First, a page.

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Int. J. Mol. Sci. 2017, 18(6), 1183; doi:10.3390/ijms18061183

Extracellular Vesicles in Hematological Malignancies: From Biology to Therapy

1
Laboratory of Preclinical and Translational Research, IRCCS-Referral Cancer Center of Basilicata (CROB), 858028 Rionero in Vulture, Italy
2
Laboratory of Clinical Research and Advanced Diagnostics, IRCCS-Referral Cancer Center of Basilicata (CROB), 85028 Rionero in Vulture, Italy
3
CEINGE-Biotecnologie Avanzate scarl, Federico II University, 80138 Naples, Italy
4
Department of Molecular Medicine and Medical Biotechnologies, Federico II University, 80138 Naples, Italy
5
Scientific Direction, IRCCS-Referral Cancer Center of Basilicata (CROB), 85028 Rionero in Vulture, Italy
These authors contributed equally to this work.
*
Author to whom correspondence should be addressed.
Academic Editors: Thomas Ritter, Matthew Griffin and Aideen Ryan
Received: 28 April 2017 / Revised: 29 May 2017 / Accepted: 30 May 2017 / Published: 2 June 2017
View Full-Text   |   Download PDF [702 KB, uploaded 2 June 2017]   |  

Abstract

Extracellular vesicles (EVs) are a heterogeneous group of particles, between 15 nanometers and 10 microns in diameter, released by almost all cell types in physiological and pathological conditions, including tumors. EVs have recently emerged as particularly interesting informative vehicles, so that they could be considered a true “cell biopsy”. Indeed, EV cargo, including proteins, lipids, and nucleic acids, generally reflects the nature and status of the origin cells. In some cases, EVs are enriched of peculiar molecular cargo, thus suggesting at least a degree of specific cellular packaging. EVs are identified as important and critical players in intercellular communications in short and long distance interplays. Here, we examine the physiological role of EVs and their activity in cross-talk between bone marrow microenvironment and neoplastic cells in hematological malignancies (HMs). In these diseases, HM EVs can modify tumor and bone marrow microenvironment, making the latter “stronger” in supporting malignancy, inducing drug resistance, and suppressing the immune system. Moreover, EVs are abundant in biologic fluids and protect their molecular cargo against degradation. For these and other “natural” characteristics, EVs could be potential biomarkers in a context of HM liquid biopsy and therapeutic tools. These aspects will be also analyzed in this review. View Full-Text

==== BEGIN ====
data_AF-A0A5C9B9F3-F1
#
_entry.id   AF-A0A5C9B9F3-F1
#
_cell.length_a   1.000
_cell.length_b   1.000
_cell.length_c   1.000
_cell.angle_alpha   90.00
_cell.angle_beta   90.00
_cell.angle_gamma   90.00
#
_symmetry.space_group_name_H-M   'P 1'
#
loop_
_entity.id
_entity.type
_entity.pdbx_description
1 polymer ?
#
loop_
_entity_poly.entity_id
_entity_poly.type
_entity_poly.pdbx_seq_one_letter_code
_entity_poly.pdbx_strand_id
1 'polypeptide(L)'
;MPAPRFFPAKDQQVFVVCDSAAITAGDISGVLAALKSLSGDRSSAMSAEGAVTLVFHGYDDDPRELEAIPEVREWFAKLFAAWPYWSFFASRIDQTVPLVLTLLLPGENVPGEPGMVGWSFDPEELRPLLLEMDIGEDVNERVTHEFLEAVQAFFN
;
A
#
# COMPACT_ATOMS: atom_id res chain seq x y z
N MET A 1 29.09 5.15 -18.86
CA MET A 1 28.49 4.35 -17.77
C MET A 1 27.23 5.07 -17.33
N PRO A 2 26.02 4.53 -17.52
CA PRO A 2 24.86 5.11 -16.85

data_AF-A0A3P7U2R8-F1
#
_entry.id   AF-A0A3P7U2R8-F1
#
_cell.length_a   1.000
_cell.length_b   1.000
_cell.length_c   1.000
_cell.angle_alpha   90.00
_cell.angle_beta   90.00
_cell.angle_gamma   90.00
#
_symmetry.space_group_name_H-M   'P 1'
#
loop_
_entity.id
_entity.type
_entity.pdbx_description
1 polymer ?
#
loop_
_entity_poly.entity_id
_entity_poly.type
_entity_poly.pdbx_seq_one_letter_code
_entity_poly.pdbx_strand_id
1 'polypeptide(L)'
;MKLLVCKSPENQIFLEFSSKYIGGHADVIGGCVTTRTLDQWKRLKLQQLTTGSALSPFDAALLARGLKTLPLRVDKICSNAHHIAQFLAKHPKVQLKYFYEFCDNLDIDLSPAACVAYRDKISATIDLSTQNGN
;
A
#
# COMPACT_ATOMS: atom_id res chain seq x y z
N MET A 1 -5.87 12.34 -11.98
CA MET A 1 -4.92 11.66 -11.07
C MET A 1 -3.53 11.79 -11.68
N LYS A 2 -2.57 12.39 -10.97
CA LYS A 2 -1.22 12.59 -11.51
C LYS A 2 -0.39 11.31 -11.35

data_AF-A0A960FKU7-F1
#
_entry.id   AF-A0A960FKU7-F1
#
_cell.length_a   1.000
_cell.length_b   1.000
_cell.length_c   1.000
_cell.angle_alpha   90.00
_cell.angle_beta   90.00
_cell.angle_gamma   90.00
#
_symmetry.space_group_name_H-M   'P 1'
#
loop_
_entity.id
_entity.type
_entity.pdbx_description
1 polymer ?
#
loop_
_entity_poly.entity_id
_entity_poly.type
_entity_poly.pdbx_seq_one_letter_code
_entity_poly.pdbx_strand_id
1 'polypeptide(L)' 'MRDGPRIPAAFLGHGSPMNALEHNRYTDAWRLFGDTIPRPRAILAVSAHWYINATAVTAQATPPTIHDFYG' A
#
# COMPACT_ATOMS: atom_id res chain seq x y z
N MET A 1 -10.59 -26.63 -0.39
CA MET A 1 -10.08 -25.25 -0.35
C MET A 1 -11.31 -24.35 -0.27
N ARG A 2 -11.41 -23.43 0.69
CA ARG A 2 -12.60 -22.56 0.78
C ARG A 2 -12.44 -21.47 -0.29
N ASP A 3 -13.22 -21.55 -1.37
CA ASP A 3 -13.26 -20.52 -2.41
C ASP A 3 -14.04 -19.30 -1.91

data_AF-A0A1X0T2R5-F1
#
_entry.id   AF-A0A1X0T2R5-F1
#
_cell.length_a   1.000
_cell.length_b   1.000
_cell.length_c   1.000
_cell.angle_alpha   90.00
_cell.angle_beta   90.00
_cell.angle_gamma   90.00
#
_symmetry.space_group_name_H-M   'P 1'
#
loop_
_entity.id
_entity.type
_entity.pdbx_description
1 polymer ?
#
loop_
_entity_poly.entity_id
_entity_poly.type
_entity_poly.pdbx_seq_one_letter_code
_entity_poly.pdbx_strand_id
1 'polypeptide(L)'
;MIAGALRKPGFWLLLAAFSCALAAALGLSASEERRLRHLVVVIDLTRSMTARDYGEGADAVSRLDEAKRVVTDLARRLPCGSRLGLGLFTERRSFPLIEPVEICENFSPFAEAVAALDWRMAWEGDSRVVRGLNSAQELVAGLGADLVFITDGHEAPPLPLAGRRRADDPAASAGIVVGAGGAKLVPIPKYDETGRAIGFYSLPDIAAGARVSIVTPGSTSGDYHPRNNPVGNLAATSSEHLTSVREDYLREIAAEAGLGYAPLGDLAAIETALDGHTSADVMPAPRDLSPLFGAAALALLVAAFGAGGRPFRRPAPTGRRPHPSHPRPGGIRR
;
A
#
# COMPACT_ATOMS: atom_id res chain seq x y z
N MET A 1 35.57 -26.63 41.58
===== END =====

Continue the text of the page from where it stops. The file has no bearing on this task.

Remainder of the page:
Keywords: extracellular vesicles; hematological malignancies; bone marrow microenvironment; drug resistance; biomarkers; therapeutic tools extracellular vesicles; hematological malignancies; bone marrow microenvironment; drug resistance; biomarkers; therapeutic tools
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Caivano, A.; La Rocca, F.; Laurenzana, I.; Trino, S.; De Luca, L.; Lamorte, D.; Del Vecchio, L.; Musto, P. Extracellular Vesicles in Hematological Malignancies: From Biology to Therapy. Int. J. Mol. Sci. 2017, 18, 1183.

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